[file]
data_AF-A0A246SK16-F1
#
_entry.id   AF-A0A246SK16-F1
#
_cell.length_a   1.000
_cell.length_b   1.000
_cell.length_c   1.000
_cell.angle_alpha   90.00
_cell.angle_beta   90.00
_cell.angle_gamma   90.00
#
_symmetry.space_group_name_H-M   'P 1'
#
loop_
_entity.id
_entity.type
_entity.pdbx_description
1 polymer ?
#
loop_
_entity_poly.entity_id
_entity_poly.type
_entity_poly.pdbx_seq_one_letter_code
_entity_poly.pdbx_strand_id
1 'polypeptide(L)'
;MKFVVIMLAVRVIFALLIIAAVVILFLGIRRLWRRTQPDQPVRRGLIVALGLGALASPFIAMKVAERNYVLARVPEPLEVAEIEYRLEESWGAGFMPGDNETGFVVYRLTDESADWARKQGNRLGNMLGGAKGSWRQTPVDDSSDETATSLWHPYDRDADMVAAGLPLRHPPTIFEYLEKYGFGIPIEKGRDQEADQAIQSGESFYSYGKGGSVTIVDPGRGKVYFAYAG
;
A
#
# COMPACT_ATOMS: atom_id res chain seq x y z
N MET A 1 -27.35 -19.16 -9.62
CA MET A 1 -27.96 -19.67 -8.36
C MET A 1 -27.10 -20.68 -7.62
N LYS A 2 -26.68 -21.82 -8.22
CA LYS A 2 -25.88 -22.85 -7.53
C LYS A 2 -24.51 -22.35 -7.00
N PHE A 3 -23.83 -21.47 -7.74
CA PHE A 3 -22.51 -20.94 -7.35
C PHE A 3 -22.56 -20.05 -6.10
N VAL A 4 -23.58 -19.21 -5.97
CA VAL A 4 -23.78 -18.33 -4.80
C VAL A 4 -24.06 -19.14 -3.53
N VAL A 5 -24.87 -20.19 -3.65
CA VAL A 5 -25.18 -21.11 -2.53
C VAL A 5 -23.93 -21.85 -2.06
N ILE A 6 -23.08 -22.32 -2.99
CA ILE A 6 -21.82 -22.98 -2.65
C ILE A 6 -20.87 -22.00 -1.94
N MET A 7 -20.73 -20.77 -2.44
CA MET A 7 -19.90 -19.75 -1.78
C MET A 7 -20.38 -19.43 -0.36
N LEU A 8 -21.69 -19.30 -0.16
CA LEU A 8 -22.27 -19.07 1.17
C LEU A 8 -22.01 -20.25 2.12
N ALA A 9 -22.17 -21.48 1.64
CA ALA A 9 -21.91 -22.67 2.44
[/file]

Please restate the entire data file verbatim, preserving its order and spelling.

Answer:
data_AF-A0A246SK16-F1
#
_entry.id   AF-A0A246SK16-F1
#
_cell.length_a   1.000
_cell.length_b   1.000
_cell.length_c   1.000
_cell.angle_alpha   90.00
_cell.angle_beta   90.00
_cell.angle_gamma   90.00
#
_symmetry.space_group_name_H-M   'P 1'
#
loop_
_entity.id
_entity.type
_entity.pdbx_description
1 polymer ?
#
loop_
_entity_poly.entity_id
_entity_poly.type
_entity_poly.pdbx_seq_one_letter_code
_entity_poly.pdbx_strand_id
1 'polypeptide(L)'
;MKFVVIMLAVRVIFALLIIAAVVILFLGIRRLWRRTQPDQPVRRGLIVALGLGALASPFIAMKVAERNYVLARVPEPLEVAEIEYRLEESWGAGFMPGDNETGFVVYRLTDESADWARKQGNRLGNMLGGAKGSWRQTPVDDSSDETATSLWHPYDRDADMVAAGLPLRHPPTIFEYLEKYGFGIPIEKGRDQEADQAIQSGESFYSYGKGGSVTIVDPGRGKVYFAYAG
;
A
#
# COMPACT_ATOMS: atom_id res chain seq x y z
N MET A 1 -27.35 -19.16 -9.62
CA MET A 1 -27.96 -19.67 -8.36
C MET A 1 -27.10 -20.68 -7.62
N LYS A 2 -26.68 -21.82 -8.22
CA LYS A 2 -25.88 -22.85 -7.53
C LYS A 2 -24.51 -22.35 -7.00
N PHE A 3 -23.83 -21.47 -7.74
CA PHE A 3 -22.51 -20.94 -7.35
C PHE A 3 -22.56 -20.05 -6.10
N VAL A 4 -23.58 -19.21 -5.97
CA VAL A 4 -23.78 -18.33 -4.80
C VAL A 4 -24.06 -19.14 -3.53
N VAL A 5 -24.87 -20.19 -3.65
CA VAL A 5 -25.18 -21.11 -2.53
C VAL A 5 -23.93 -21.85 -2.06
N ILE A 6 -23.08 -22.32 -2.99
CA ILE A 6 -21.82 -22.98 -2.65
C ILE A 6 -20.87 -22.00 -1.94
N MET A 7 -20.73 -20.77 -2.44
CA MET A 7 -19.90 -19.75 -1.78
C MET A 7 -20.38 -19.43 -0.36
N LEU A 8 -21.69 -19.30 -0.16
CA LEU A 8 -22.27 -19.07 1.17
C LEU A 8 -22.01 -20.25 2.12
N ALA A 9 -22.17 -21.48 1.64
CA ALA A 9 -21.91 -22.67 2.44